Product Review: Kite Hill Soft Ripened Artisan Almond Milk Product (aka Vegan Brie!!!)

IMG_20150222_110546Once upon a time, like most folks who go vegan, I could scarcely imagine life without cheese. When I discovered cashew cream and nutritional yeast, though, I pretty much stopped even thinking about it.  Every once in a while, though, I find myself longing for the days when I could make a meal out of a hunk of cheese, a baguette, and a crisp apple.

Over the years, I’ve tried most of the vegan “cheeses” out there, with mixed results. Daiya, the so-called vegan rock star, may be a decent imitation of processed cheese and can convincingly stand in for Velveeta, but it’s not exactly at home on a platter with Marcona almonds and quince paste, if you know what I mean. It’s also a hyper-processed mixture of mysterious, quasi-natural substances, each trying (mostly unsuccessfully) to mimic a different aspect of cheese’s natural flavor and texture, without having anything in common with the real thing. Put differently, Daiya is just flat-out fake.

In the last few years, though, the vegan community has begun to dabble in making real cheese with nut milks by culturing and fermenting them in the same way dairy has been for centuries. Until very recently, Dr. Cow and Treeline were the only players in this market, at least here on the East Coast. Personally, I am a huge fan of these products and find that, while they don’t resemble any particular dairy cheese, they are rich in umami and effectively scratch the itches I get for a salty, complexly flavored glob of creaminess to spread on bread. Folks who still eat dairy, though, do not seem to be very enthusiastic. My husband T, for example, could not even stomach a bite of Treeline, reporting that he found it excessively sour and chalky, and absolutely nothing like cheese.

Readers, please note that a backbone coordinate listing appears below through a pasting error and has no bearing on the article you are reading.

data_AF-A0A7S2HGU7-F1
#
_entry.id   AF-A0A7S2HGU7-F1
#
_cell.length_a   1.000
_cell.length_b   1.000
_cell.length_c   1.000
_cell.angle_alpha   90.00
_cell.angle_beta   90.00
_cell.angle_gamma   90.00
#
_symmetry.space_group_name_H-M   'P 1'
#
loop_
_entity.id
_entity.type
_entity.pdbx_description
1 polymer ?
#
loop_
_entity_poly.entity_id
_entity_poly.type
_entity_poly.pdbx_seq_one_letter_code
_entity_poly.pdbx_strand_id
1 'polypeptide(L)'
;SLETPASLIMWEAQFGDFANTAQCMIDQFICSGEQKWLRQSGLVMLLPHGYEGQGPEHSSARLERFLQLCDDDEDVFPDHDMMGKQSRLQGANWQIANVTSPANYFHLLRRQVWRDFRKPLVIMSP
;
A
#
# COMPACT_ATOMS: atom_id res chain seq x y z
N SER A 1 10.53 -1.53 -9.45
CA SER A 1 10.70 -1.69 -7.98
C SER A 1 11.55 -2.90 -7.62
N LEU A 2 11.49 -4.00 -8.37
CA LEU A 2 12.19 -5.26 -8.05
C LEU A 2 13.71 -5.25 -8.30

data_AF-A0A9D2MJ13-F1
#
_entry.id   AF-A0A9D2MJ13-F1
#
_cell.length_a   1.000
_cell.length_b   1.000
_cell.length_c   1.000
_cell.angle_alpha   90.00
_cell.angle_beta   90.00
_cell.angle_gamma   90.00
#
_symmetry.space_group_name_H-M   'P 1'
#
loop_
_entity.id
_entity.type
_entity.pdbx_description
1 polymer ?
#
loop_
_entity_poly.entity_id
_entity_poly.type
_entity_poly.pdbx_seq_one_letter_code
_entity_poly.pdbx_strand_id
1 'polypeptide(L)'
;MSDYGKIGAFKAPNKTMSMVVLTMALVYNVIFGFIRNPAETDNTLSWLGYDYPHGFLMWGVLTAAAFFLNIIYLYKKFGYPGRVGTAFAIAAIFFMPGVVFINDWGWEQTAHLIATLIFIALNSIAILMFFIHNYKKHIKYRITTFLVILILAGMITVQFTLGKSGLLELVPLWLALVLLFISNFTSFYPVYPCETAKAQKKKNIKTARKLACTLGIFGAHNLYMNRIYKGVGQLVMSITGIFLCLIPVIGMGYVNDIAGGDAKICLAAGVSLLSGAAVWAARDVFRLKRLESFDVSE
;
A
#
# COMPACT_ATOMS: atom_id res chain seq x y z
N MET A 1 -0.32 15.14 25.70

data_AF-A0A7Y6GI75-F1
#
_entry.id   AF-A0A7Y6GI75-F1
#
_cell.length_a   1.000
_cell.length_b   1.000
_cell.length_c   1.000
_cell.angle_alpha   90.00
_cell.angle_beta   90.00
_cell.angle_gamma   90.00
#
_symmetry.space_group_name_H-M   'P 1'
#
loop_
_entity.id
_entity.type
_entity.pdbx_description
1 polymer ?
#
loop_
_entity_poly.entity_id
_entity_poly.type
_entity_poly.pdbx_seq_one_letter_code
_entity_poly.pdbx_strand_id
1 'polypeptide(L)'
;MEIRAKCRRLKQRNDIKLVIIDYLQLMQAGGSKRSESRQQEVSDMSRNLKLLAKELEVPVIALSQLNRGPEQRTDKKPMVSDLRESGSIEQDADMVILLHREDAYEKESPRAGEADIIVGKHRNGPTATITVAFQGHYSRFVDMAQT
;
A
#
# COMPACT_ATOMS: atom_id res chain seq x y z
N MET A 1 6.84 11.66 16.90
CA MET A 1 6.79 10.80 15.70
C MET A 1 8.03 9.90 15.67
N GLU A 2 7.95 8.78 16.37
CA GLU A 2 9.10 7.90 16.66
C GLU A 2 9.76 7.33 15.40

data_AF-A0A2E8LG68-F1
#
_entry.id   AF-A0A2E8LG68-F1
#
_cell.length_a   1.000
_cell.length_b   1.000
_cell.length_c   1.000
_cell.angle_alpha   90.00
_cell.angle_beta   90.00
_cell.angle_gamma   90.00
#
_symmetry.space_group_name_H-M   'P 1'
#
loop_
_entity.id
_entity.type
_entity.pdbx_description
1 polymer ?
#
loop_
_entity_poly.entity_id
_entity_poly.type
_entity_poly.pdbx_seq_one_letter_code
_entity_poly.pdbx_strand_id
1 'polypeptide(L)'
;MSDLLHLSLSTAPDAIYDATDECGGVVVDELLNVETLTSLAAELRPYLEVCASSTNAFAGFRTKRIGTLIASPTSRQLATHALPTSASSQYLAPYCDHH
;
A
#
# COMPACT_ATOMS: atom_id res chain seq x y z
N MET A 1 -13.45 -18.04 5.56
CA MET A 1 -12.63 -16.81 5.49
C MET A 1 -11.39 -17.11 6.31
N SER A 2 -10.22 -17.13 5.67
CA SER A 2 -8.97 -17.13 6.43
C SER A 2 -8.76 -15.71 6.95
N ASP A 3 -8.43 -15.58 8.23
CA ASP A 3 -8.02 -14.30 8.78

IMG_20150222_110541Enter Kite Hill. The pet project of vegan chef Tal Ronnen of Crossroads fame, this company has created a huge buzz over the past year or so with the release of a line of almond-based cheeses that bear an uncanny resemblance to their dairy counterparts. Having read about these “game changing” cheeses all over the vegan mediasphere, I was thrilled to find their Soft Ripened Almond Milk Product in my local Whole Foods. It was quite pricey ($11 for a small wheel), but I’m willing to pay a premium for a high quality product crafted merely from almonds, salt, enzymes, and cultures.

I’ll outline the specifics below, but the bottom line is that, after trying Kite Hill, I am for the first time 100% convinced that it is possible to make nut milk versions of classic cheeses that are as complex and delicious as the dairy originals I can’t wait to try the rest of the line, and to see what the company has in store for the future! 

What impressed me:

  • The cheese is made with only 5 ingredients (almonds, salt, enzymes, cultures, and water) and is produced through traditional cheese-making methods without thickeners, stabilizes, or artificial flavors of any kind.